The debate over cashless payments continues, and if you’re not familiar yet with its finer points, trust me, you will be soon enough: arguments both for and against the concept are heating up.

Grub Street threw another log on the fire this week when it released an interview with NYC councilmember Ritchie J. Torres, who introduced legislation on Wednesday that would require restaurants around the city to accept cash. Should the bill pass, restaurants (and other stores) who refuse to take greenbacks would face fines: $250 for a first offense and $500 for each subsequent one.

As detailed in the interview, Torres — who represents the 15th Council District in central Bronx — believes that cash-free stores and restaurants discriminate.

“On the surface, cashlessness seems benign, but when you reflect on it, the insidious racism that underlies a cashless business model becomes clear,” he said. He added that, “If you’re intent on a cashless business model, it will have the effect of excluding lower-income communities of color from what should be an open and free market.”

To Torres’ point, the “everyone-has-a-credit-card” argument actually misrepresents the real situation of many in New York and elsewhere, who because of poverty or lack of documentation have neither permanent address or bank account. According to the FDIC (PDF), roughly 14.1 million U.S. adults in 2017 were “unbanked,” meaning they had no checking or savings account; another 24.2 million were “underbanked,” or had a checking/savings account but also used services like money orders, payday loans, and check cashing, to name a few.

Nonetheless, the so-called “cashless revolution” has certainly picked up speed in the last year, especially in hyper-gentrified NYC. Dos Toros, Two Forks, Sweetgreen, and basically most of Danny Meyer’s empire have all gone cashless. Outside New York, Starbucks started testing a cashless location in Seattle earlier this year. And there’s a growing number of places around major U.S. cities following suite: Wow Bao in Chicago; Petit Trois in LA; all Milk Bar locations.

Arguments in favor of the concept cite employee safety (you can’t hold up a store for its digital payments), more accurate accounting, and a smoother checkout process for customers as reasons for ditching cash.

But again, all of these arguments (intentionally or not) assume the entire population carries a credit card. The unbanked, underbanked, and undocumented aren’t just getting left out of the eating establishments, they’re getting left out of the very debate that surrounds them.

Even those who carry plastic or digital wallets have reasons against going cashless. For businesses, credit card processing fees (as well as hidden fees) can get expensive — particularly if you’re the endangered species otherwise known as an independent business. And some average citizens (yours truly included), prefer cash simply because it helps them budget their money. Plus, for businesses, when the system crashes, you can’t, uh, do business.

Torres’ battle, of course, is mainly for the folks for whom paying with a card is not a choice, and for whom an uptick in cashless stores and restaurants would start to pose serious quality-of-life issues. Imagine going to buy your groceries for the week and being told you can only pay with Visa or Apple Pay.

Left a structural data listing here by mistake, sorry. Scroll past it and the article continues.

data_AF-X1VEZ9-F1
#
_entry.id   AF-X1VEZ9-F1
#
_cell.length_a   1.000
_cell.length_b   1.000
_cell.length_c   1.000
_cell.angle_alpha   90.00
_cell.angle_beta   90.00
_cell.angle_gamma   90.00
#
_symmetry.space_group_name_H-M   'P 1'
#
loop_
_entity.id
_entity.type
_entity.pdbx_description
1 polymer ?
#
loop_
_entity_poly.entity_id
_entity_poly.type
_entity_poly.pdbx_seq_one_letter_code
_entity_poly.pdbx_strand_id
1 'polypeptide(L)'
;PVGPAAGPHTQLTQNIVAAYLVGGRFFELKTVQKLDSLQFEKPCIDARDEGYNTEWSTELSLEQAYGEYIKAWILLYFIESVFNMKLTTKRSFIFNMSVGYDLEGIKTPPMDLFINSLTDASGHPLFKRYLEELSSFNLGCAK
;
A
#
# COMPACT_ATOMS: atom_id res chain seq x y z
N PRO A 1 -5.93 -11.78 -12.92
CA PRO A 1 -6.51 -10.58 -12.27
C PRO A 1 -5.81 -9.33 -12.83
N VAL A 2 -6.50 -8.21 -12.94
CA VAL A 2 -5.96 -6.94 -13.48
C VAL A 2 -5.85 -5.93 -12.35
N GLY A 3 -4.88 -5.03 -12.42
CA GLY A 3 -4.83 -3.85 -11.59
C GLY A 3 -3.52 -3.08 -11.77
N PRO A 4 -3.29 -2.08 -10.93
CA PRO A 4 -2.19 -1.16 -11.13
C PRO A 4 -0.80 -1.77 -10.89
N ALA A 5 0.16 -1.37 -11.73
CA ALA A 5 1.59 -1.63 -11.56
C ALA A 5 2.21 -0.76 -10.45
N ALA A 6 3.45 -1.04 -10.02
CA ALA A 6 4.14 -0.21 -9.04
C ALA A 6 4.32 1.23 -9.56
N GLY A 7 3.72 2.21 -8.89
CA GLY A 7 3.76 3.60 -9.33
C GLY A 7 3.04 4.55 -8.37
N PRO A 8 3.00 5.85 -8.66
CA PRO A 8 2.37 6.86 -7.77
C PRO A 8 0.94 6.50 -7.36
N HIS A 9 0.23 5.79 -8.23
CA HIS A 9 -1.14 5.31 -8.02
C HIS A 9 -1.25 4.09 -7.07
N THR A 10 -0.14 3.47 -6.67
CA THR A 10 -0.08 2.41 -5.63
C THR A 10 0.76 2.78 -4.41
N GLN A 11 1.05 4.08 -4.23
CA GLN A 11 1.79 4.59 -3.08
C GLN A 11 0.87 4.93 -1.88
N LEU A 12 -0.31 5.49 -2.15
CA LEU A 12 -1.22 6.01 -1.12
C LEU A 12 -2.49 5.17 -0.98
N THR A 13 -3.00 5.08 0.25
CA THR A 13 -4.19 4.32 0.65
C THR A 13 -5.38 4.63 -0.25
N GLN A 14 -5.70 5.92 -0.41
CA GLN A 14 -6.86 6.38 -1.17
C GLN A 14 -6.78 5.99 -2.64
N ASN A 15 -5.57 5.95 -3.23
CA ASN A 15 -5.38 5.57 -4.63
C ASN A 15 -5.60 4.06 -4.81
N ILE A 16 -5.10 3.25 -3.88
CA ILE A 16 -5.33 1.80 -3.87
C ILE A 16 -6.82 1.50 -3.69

As far as whether the NYC bill passes, he’s cautiously optimistic, saying the City Council is a largely progressive one. Nonetheless, there will be blood, figuratively speaking. He expects the legislation to meet heavy opposition from big cash-free chains and the business sector in general. “I expect a big fight,” he told Grub Street.

We’ll be keeping a close eye on this debate as continues to rev up. In the meantime, what do you think? Will cashless restaurants help or hurt us in the future? Drop your thoughts in the comments below.

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Jenn is a writer and editor for The Spoon who covers restaurant tech and food delivery, developments in agriculture and indoor farming, and startup accelerators and incubators. On the side, she moonlights as a ghostwriter for tech industry executives and spends a lot of time on the road exploring food developments in more remote parts of the country. Previously, she was managing editor of Gigaom’s market research department and was once a competitive pinball player. Jenn splits her time between NYC and Nashville, TN.


  1. Props to Torres. I own a debit and a shared credit card but perfer to limit them to online only where cash is impossible. But cash is the basic, US backed form of currancy and should absolutely be accepted in all brick and mortar establishments. If a law is needed to make that happen, so be it. I hope this passes and sets presidence for other cities having this issue.

  2. Having written on the topic for a different outlet, but from a perspective of a small-business owner, I appreciate this article’s approach to see the issue from as socio-economic perspective. It is one that I have not presented in-depth, and now I wish I have. I believe that a completely cashless future is not so distant, despite what it says on the dollar bill, largely because everything else is going digital and smart phones are becoming more and more ubiquitous. And while I very much appreciate the effort by councilmember Torres to protect the rights of the under/un-banked, to be most effective there should be an equal active effort to help the same people get online, get bank accounts, get educated on the features and benefits of having an online access while also ensuring that banks and other financial institutions offer services/products that are tailored to the needs of this population.

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